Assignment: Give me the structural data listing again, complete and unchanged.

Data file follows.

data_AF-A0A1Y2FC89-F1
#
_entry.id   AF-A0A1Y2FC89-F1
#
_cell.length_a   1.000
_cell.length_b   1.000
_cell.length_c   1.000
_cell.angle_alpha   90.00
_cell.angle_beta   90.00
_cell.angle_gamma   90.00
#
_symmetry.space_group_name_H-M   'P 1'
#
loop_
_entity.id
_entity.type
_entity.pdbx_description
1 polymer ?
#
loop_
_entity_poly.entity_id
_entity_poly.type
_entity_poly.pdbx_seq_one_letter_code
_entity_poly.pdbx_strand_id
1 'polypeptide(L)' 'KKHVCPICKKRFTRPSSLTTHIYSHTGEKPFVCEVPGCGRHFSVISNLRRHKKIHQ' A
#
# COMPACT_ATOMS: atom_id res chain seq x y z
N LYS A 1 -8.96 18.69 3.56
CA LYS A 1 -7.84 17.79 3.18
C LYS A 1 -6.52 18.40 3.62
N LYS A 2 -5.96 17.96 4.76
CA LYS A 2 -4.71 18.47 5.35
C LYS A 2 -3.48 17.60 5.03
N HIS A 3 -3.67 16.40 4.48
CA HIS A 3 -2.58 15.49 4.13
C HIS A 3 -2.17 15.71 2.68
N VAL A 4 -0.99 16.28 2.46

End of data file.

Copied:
data_AF-A0A1Y2FC89-F1
#
_entry.id   AF-A0A1Y2FC89-F1
#
_cell.length_a   1.000
_cell.length_b   1.000
_cell.length_c   1.000
_cell.angle_alpha   90.00
_cell.angle_beta   90.00
_cell.angle_gamma   90.00
#
_symmetry.space_group_name_H-M   'P 1'
#
loop_
_entity.id
_entity.type
_entity.pdbx_description
1 polymer ?
#
loop_
_entity_poly.entity_id
_entity_poly.type
_entity_poly.pdbx_seq_one_letter_code
_entity_poly.pdbx_strand_id
1 'polypeptide(L)' 'KKHVCPICKKRFTRPSSLTTHIYSHTGEKPFVCEVPGCGRHFSVISNLRRHKKIHQ' A
#
# COMPACT_ATOMS: atom_id res chain seq x y z
N LYS A 1 -8.96 18.69 3.56
CA LYS A 1 -7.84 17.79 3.18
C LYS A 1 -6.52 18.40 3.62
N LYS A 2 -5.96 17.96 4.76
CA LYS A 2 -4.71 18.47 5.35
C LYS A 2 -3.48 17.60 5.03
N HIS A 3 -3.67 16.40 4.48
CA HIS A 3 -2.58 15.49 4.13
C HIS A 3 -2.17 15.71 2.68
N VAL A 4 -0.99 16.28 2.46